Steps to Publishing Your Research

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By Published On: January 24, 2020

Michael Thomas, PhD
Instructor, Department of Professional Studies

Many students in the Health and Human Performance PhD program at Concordia University Chicago have an interest in pursuing publication of their dissertation or other research. Recently, I had the experience of working through this process and was eventually successful.

By doing so, you may gain recognition as a thought leader and expert in your space, while also having the opportunity to deeply understand a complex, yet finite issue.

The process I went through to publish my dissertation took several months and several rounds of revisions. As I worked through it, I found that there were distinct stages that may begin before performing your research.

You may be able to do some of the work while writing your research. Just remember to be patient and follow the steps below and you very well may be able to publish your dissertation too.

Step 1: Choosing a Research Topic

  • One of my mentors once told me to start with the end in mind. In other words, if you already know that your goal is to publish research in an academic journal, identify a compelling topic beforehand. A great place to start is to examine existing research. Look for gaps, holes, or inconclusive results and design your research to address these issues. Another option may be to take an existing topic/research question and examine outcomes in an understudied demographic or implement a novel methodology.

Step 2: Perform your research and complete your dissertation.

While you’re doing this, it may be wise to start learning about the different journals that you may want to target for publication by examining those that have a history of publishing topics similar to yours. Additional tips to consider include:

  • Have a backup plan if the first journal rejects your study.
  • Develop thick skin and be prepared to be rejected. When this happens, submit to another journal.
  • Keep in mind that there may be a cost associated with submitting your work for review, prior to publication.

Step 3: Preparation for Submission

At this point, you’ve likely completed your dissertation and are ready to begin submitting your research to the journal you have identified. Preparing your work for submission may be time-consuming and tedious as each journal has its own set of formatting rules. Preparing my research for submission took approximately 30 hours. To accelerate the process, you may want to:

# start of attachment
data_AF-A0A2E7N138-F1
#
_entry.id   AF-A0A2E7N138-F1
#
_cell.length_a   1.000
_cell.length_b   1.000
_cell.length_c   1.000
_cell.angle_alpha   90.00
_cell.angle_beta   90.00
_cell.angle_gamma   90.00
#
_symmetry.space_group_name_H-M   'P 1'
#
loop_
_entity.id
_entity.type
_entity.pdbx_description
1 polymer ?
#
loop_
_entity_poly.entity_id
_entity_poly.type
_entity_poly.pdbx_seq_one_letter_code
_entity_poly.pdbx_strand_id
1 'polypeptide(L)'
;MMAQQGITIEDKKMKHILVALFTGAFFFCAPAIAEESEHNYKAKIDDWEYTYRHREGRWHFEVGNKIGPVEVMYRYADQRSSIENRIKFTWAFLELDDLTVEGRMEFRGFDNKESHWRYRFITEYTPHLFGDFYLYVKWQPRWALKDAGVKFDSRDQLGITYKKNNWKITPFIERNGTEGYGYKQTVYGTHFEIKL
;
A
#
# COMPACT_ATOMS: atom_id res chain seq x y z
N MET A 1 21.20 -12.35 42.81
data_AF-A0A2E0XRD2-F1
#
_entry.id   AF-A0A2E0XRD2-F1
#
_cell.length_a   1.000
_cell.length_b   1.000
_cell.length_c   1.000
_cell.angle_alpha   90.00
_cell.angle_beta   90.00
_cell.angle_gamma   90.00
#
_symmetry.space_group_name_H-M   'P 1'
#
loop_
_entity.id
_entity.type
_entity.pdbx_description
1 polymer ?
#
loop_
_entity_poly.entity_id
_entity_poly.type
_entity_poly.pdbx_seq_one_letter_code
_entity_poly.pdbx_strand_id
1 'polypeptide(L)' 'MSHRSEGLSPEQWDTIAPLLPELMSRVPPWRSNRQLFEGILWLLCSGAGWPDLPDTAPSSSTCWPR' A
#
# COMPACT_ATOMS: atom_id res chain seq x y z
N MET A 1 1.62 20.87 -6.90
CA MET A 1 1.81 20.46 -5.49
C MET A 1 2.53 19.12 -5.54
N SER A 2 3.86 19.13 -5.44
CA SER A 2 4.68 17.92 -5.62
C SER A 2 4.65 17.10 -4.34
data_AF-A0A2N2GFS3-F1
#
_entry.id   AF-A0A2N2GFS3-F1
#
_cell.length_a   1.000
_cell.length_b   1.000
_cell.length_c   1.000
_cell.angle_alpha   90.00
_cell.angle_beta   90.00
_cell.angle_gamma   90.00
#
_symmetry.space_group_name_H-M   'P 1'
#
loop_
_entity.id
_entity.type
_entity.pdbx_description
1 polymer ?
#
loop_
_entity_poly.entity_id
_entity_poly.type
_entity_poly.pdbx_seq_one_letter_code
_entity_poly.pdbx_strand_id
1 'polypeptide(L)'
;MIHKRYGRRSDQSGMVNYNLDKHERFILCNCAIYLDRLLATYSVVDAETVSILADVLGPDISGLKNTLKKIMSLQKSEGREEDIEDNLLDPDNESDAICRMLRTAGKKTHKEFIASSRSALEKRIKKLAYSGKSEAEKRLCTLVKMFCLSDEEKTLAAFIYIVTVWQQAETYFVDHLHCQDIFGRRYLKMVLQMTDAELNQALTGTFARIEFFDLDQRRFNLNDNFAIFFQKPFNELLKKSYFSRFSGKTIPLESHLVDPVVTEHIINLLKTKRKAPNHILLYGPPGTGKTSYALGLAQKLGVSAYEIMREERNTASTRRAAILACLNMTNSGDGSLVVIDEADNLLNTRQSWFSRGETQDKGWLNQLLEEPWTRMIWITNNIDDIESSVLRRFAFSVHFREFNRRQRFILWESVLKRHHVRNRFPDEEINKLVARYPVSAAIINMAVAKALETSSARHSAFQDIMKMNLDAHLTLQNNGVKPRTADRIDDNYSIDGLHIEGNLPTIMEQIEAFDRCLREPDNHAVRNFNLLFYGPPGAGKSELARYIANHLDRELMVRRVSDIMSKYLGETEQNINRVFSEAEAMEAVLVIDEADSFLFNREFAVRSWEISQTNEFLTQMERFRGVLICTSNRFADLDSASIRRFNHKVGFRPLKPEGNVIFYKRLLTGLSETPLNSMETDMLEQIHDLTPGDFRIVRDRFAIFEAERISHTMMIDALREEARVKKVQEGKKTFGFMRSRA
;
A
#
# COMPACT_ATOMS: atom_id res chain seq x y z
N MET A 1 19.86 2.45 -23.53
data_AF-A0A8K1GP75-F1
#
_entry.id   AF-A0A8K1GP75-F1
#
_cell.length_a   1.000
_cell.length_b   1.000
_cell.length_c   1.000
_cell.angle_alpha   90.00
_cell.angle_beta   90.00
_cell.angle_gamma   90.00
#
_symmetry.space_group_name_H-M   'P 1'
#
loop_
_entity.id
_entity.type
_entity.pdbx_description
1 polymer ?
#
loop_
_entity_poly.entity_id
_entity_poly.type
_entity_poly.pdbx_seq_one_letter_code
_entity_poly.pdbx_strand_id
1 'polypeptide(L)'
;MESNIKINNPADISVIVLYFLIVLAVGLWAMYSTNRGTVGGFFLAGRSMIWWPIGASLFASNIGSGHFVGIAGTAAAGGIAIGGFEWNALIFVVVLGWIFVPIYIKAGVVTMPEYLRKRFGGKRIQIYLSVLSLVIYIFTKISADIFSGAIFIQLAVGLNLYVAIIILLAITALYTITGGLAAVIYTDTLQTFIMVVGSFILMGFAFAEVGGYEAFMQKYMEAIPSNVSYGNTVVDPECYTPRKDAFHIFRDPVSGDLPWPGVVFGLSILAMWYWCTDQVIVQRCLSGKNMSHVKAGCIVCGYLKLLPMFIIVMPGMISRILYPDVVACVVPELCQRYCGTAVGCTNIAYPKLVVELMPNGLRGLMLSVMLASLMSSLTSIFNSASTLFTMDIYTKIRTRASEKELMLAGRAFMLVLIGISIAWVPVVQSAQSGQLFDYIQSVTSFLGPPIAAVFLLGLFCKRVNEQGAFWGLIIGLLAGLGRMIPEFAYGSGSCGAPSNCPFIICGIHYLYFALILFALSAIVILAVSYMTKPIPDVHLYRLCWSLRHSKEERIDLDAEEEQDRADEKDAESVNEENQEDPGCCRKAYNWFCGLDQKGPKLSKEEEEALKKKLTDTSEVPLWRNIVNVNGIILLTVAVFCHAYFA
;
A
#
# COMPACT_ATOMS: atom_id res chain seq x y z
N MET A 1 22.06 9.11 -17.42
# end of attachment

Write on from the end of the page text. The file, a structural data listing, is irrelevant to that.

• Have multiple professors review the manuscript before submission.
  • Remove any redundancy and make certain all writing is perfect.
  • Emphasize one important concept. I had to rewrite the manuscript many times to stress the importance of the study, and what made my study unique or novel.
  • Run your manuscript through the software “Grammarly” to find potential grammatical errors.
  • Keep in mind that in a way, you are convincing the editors and reviewers that your manuscript is worthy of being published considering their limited content space.
  • The goal is to become provisionally accepted in which case the manuscript will be sent out to reviewers who will all have suggestions to make the paper better.

Step 4: Preparation for Publication

Once the paper has been approved to move into the review stage, be prepared for many suggestions from four or more reviewers. The key here is to take each reviewer’s comment and go about either addressing their comments, defending your methods or content, or complying with their suggestions. I have found that most of the time reviewers catch key things that need to be changed to make the manuscript better. Here are some tips to help you throughout this process:

  • Your response to each round of revisions should have
    • The newly updated manuscript in its entirety.
    • In another document or section, every reviewer comment followed by your response in detail.
  • Always address every reviewer comment regardless of how small it may seem.
  • Always be cordial and appreciative of reviewer comments even if you do not agree.
  • If you disagree with a comment, explain in detail your position and or rationale for the methodology used. Often the reviewer may not fully understand a method of research or some other variable. You may need to make them aware of that method and prior research.
  • Be polite, and thank every reviewer for their time and energy devoted to make the paper better.
  • If applicable, have your co-authors proofread the paper intently at each stage of the review process.
  • When submitting the manuscript back to the reviewers as you have addressed their comments the document should have the reviewer’s comments followed by the specific ways you addressed those comments. Even copy and paste sections of the manuscript underneath their question or concern that illustrates how you amended the manuscript. This is very important because reviewers do not want to go hunting for their original comments and how you addressed those comments in the manuscript.

In summary:

  • The second manuscript back to the reviewers has two components: the updated manuscript and every comment each reviewer made and detail of exactly how you handled their comments.

Once you have addressed all the reviewers’ comments and clearly articulated how you have resolved those issues or defended the original approach you should resubmit the paper. This process may repeat two or three times. The thoroughness of your original response to the reviewers may shorten the review process and help you publish the final product in a timelier manner.


Interested in learning more about our doctoral program? Check out our webinar hosted by program alumna Dr. Kathleen Fritch, as she goes over everything you need to know about our Doctorate in Health and Human Performance.

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